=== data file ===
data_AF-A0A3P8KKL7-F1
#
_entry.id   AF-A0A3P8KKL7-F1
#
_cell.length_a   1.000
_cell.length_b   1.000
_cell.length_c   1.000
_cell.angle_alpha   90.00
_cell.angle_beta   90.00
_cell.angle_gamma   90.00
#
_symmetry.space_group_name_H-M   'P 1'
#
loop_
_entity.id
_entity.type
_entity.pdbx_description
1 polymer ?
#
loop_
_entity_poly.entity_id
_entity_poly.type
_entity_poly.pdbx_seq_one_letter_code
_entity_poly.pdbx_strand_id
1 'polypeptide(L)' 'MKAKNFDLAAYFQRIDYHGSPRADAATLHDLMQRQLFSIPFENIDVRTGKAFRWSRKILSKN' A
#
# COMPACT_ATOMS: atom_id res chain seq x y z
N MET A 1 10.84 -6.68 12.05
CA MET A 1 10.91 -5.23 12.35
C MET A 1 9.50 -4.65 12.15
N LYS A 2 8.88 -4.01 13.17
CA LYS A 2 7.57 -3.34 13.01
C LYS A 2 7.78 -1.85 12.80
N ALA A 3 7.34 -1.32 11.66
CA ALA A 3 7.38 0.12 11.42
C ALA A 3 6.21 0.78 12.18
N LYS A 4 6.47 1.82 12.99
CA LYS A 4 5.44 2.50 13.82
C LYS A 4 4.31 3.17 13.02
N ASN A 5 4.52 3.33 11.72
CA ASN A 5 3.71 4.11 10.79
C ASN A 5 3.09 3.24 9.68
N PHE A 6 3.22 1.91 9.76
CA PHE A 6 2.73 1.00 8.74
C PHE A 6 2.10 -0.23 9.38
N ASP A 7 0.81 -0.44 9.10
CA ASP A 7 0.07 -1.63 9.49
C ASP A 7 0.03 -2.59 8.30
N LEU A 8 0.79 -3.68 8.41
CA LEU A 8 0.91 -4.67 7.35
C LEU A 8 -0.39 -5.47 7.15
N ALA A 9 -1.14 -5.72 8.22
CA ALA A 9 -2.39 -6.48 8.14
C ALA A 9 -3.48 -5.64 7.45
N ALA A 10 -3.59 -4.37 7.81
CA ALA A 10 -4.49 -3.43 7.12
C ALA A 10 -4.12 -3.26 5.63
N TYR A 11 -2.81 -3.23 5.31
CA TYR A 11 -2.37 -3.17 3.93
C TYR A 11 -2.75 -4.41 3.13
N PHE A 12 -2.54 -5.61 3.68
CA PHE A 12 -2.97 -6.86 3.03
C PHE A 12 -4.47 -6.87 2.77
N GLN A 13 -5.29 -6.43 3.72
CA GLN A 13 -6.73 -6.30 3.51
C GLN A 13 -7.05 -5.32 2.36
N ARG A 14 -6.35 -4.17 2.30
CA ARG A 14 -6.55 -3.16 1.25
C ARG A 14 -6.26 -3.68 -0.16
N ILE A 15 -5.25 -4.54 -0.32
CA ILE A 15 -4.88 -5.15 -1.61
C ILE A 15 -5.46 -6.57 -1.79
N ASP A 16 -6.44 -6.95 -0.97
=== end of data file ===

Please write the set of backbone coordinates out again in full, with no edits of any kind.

data_AF-A0A3P8KKL7-F1
#
_entry.id   AF-A0A3P8KKL7-F1
#
_cell.length_a   1.000
_cell.length_b   1.000
_cell.length_c   1.000
_cell.angle_alpha   90.00
_cell.angle_beta   90.00
_cell.angle_gamma   90.00
#
_symmetry.space_group_name_H-M   'P 1'
#
loop_
_entity.id
_entity.type
_entity.pdbx_description
1 polymer ?
#
loop_
_entity_poly.entity_id
_entity_poly.type
_entity_poly.pdbx_seq_one_letter_code
_entity_poly.pdbx_strand_id
1 'polypeptide(L)' 'MKAKNFDLAAYFQRIDYHGSPRADAATLHDLMQRQLFSIPFENIDVRTGKAFRWSRKILSKN' A
#
# COMPACT_ATOMS: atom_id res chain seq x y z
N MET A 1 10.84 -6.68 12.05
CA MET A 1 10.91 -5.23 12.35
C MET A 1 9.50 -4.65 12.15
N LYS A 2 8.88 -4.01 13.17
CA LYS A 2 7.57 -3.34 13.01
C LYS A 2 7.78 -1.85 12.80
N ALA A 3 7.34 -1.32 11.66
CA ALA A 3 7.38 0.12 11.42
C ALA A 3 6.21 0.78 12.18
N LYS A 4 6.47 1.82 12.99
CA LYS A 4 5.44 2.50 13.82
C LYS A 4 4.31 3.17 13.02
N ASN A 5 4.52 3.33 11.72
CA ASN A 5 3.71 4.11 10.79
C ASN A 5 3.09 3.24 9.68
N PHE A 6 3.22 1.91 9.76
CA PHE A 6 2.73 1.00 8.74
C PHE A 6 2.10 -0.23 9.38
N ASP A 7 0.81 -0.44 9.10
CA ASP A 7 0.07 -1.63 9.49
C ASP A 7 0.03 -2.59 8.30
N LEU A 8 0.79 -3.68 8.41
CA LEU A 8 0.91 -4.67 7.35
C LEU A 8 -0.39 -5.47 7.15
N ALA A 9 -1.14 -5.72 8.22
CA ALA A 9 -2.39 -6.48 8.14
C ALA A 9 -3.48 -5.64 7.45
N ALA A 10 -3.59 -4.37 7.81
CA ALA A 10 -4.49 -3.43 7.12
C ALA A 10 -4.12 -3.26 5.63
N TYR A 11 -2.81 -3.23 5.31
CA TYR A 11 -2.37 -3.17 3.93
C TYR A 11 -2.75 -4.41 3.13
N PHE A 12 -2.54 -5.61 3.68
CA PHE A 12 -2.97 -6.86 3.03
C PHE A 12 -4.47 -6.87 2.77
N GLN A 13 -5.29 -6.43 3.72
CA GLN A 13 -6.73 -6.30 3.51
C GLN A 13 -7.05 -5.32 2.36
N ARG A 14 -6.35 -4.17 2.30
CA ARG A 14 -6.55 -3.16 1.25
C ARG A 14 -6.26 -3.68 -0.16
N ILE A 15 -5.25 -4.54 -0.32
CA ILE A 15 -4.88 -5.15 -1.61
C ILE A 15 -5.46 -6.57 -1.79
N ASP A 16 -6.44 -6.95 -0.97